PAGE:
The Sport of Kings
A sport unlike any other, polo showcases the powerful bond between a player and his or her equine partner. As one of the oldest team sports, polo is an exhilarating combination of horsepower, athleticism and control. Competing on a 300 by 150 feet indoor or outdoor
arena, players score by driving the ball into
the opposing team’s goal using a bamboo
mallet while riding at speeds of up to 35 mph.
Plays are based on the “line of the ball,” an imaginary line created by the ball as it
travels down the field. It represents a right-of-way for the last player striking the ball,
and is the basis for most fouls in the game. Players may try to hook or “ride off” their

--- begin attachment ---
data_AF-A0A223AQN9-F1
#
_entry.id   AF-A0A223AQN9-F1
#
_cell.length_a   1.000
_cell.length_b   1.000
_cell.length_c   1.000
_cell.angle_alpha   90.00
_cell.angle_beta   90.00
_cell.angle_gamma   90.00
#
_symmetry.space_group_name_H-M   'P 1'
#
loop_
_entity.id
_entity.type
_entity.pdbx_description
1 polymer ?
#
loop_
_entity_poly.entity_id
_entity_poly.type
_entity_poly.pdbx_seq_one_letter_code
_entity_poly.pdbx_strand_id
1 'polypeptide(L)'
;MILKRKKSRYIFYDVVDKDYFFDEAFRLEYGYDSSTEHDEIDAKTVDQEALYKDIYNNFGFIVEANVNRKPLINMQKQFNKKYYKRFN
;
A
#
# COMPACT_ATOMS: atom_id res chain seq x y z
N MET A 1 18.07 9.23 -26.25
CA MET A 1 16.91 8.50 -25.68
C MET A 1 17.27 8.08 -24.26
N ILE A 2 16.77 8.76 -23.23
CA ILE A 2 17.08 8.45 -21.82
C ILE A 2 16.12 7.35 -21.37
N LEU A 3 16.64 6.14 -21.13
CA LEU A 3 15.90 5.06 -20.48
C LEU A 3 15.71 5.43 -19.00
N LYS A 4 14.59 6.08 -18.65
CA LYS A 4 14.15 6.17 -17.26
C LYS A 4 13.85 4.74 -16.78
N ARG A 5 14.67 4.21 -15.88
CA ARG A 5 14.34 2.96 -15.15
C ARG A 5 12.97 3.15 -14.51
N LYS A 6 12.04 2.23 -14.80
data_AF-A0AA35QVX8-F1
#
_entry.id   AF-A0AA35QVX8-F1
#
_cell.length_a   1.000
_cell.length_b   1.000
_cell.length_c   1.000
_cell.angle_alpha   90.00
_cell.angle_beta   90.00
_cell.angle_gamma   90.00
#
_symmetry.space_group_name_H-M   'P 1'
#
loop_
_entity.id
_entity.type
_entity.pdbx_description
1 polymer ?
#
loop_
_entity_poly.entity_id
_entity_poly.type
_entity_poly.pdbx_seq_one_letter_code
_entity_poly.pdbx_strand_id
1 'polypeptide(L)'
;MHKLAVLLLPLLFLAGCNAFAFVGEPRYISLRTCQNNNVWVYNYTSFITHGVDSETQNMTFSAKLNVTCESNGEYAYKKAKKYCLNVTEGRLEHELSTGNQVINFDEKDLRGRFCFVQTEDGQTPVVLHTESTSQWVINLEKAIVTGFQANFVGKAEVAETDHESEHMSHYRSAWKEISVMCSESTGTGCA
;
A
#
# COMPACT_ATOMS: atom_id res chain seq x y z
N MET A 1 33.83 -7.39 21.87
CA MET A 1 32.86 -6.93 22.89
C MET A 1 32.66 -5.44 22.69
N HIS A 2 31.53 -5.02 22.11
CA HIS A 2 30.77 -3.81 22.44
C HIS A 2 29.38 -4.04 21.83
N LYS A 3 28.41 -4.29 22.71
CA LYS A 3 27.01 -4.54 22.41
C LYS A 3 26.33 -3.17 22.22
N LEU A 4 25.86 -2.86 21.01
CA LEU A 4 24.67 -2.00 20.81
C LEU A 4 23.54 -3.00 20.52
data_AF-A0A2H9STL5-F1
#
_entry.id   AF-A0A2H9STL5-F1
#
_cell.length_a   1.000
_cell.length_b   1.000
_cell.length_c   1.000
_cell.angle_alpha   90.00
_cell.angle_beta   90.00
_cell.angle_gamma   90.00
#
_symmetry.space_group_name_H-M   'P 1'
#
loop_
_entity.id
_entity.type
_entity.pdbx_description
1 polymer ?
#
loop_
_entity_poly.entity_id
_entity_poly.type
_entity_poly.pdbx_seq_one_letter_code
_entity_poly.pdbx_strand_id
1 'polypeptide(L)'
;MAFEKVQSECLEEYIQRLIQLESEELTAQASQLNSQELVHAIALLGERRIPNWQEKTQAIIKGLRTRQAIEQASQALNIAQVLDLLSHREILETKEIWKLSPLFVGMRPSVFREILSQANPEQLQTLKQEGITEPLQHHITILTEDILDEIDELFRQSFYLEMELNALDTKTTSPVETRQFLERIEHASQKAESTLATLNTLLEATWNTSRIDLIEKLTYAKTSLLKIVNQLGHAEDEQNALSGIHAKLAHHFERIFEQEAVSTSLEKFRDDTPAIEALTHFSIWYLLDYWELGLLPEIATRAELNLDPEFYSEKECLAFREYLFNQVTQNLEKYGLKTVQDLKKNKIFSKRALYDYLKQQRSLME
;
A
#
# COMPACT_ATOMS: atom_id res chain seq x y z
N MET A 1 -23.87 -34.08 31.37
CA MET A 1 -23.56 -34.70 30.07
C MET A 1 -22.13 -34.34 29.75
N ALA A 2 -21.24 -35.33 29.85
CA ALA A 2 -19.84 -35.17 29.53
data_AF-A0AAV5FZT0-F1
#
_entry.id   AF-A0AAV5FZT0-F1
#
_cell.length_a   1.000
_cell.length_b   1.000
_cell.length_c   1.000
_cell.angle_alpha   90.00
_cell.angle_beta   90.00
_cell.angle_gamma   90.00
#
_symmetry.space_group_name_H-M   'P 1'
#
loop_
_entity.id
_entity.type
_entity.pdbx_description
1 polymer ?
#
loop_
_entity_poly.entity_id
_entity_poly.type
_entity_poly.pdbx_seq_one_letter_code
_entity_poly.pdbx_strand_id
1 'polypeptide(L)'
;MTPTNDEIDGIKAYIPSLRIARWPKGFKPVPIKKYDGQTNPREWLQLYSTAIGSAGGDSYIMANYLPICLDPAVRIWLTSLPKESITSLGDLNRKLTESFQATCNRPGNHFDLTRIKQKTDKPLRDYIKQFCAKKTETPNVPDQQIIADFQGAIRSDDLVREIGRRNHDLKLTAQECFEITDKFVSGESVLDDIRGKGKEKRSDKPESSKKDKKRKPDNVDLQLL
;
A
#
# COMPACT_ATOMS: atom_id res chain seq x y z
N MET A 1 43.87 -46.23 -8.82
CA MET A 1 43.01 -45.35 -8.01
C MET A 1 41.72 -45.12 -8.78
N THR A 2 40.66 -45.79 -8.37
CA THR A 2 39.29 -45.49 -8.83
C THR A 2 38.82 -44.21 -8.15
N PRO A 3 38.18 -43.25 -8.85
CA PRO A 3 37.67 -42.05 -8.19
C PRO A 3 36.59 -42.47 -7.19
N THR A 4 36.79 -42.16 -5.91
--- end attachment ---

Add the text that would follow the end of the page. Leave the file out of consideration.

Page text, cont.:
opponents in an effort to gain control of the ball.
TEAMS AND HANDICAPS
A team consists of four mounted players and can be a mix of both men and women.
Players are handicapped on a scale of -2 to 10, as determined by a player’s horsemanship, hitting ability, quality of horses, team play and game sense. The team handicap is the sum of its players’ total handicaps. A player’s jersey number reflects the position they play, with each number indicating a different objective.
Although the real stars of the game are called polo “ponies,” the term is just a tradition; an old rule limiting their height was dropped in 1919. Today’s players prefer horses with a Thoroughbred’s speed and stamina in their bloodlines. These fourlegged athletes can run two miles in a single chukker: seven-and-a-half minutes of starting, stopping, swapping from offense to defense in a single stride. The mane is shaved and the tail wrapped so that they are not entangled in reins, mallets and other equipment, especially when the horses are bumping shoulder to shoulder at 35 mph.